An Indian communication application leaves the data of 153,000 users available on the Internet

A security researcher discovered that a social networking app originating in India had left an internal database of personal data of thousands of users, including children, exposed online for several months.

A researcher, Anurag Sen, at CloudDefense, a platform for cloud computing and application risk reduction services, found a security vulnerability leading to the Slick application database, and asked TechCrunch to help report the emerging social networking company.

The researcher also informed the Computer Emergency Response Team of India (CERT-In), the country’s leading agency for dealing with cyber security issues, under the Ministry of Electronics and Information Technology.

The company secured the database shortly after contacting TechCrunch, a technology news website, on Friday.

The site stated that due to a misconfiguration of the settings on the company’s website, anyone familiar with the Internet Protocol address of the database can access it and view the information of more than 153,000 users.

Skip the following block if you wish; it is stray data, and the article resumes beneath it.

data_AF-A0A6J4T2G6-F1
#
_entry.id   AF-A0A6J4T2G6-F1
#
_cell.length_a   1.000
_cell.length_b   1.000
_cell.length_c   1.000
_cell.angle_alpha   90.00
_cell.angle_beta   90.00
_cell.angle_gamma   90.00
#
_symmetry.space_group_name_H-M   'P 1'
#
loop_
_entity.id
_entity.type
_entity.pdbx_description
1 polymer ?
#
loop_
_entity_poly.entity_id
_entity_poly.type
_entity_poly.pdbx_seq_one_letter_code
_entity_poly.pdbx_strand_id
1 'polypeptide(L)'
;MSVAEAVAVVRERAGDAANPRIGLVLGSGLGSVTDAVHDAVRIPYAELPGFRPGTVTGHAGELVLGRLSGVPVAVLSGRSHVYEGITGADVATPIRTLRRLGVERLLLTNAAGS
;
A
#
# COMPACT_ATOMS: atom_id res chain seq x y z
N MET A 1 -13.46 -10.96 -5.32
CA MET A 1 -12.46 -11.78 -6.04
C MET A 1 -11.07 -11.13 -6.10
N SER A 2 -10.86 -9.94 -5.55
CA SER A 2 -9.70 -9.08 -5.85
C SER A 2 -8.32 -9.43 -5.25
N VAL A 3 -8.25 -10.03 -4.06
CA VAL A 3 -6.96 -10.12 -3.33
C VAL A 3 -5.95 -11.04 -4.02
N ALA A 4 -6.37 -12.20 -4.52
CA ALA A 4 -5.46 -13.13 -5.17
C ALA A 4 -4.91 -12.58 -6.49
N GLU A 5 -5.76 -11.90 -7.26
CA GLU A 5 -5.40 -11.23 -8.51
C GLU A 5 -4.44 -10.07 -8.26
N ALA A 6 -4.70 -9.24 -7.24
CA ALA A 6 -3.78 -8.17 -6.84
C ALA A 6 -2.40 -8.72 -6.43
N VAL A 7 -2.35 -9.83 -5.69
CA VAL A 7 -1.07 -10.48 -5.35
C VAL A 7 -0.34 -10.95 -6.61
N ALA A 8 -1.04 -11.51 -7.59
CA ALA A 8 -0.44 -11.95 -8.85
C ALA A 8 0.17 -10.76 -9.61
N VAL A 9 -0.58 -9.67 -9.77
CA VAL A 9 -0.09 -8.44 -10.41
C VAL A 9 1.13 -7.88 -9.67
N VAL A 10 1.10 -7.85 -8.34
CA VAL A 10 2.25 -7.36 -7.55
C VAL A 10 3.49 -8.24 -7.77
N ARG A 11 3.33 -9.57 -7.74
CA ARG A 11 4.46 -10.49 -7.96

The site also discovered that the database could be accessed through an easy-to-guess subdomain of Slick’s main website.

Since at least December 11, the app has left a database containing users’ full names, cell phone numbers, dates of birth, and profile pictures available online without a password.

And in November 2022, Arshit Nanda, former CEO of the Indian education platform “Unacademy”, launched the “Slick” application, based in Bangalore, southeastern India, after moving away from the cryptocurrency field and closing his former startup, CoinMint.

His latest project, Slick, which runs on Android and iOS, is a compliment-based app popular in the US. The application also allows school and university students to talk to their friends without revealing their identities.

Nanda confirmed to TechCrunch that his company had fixed this vulnerability that led to the data being exposed, but it is not clear if anyone other than the researcher would have found the database before it was secured.

Slick attracted many young users in India shortly after its debut last year.

Earlier this month, Nanda wrote in a tweet on Twitter, that the number of downloads of the application exceeded 100 thousand downloads.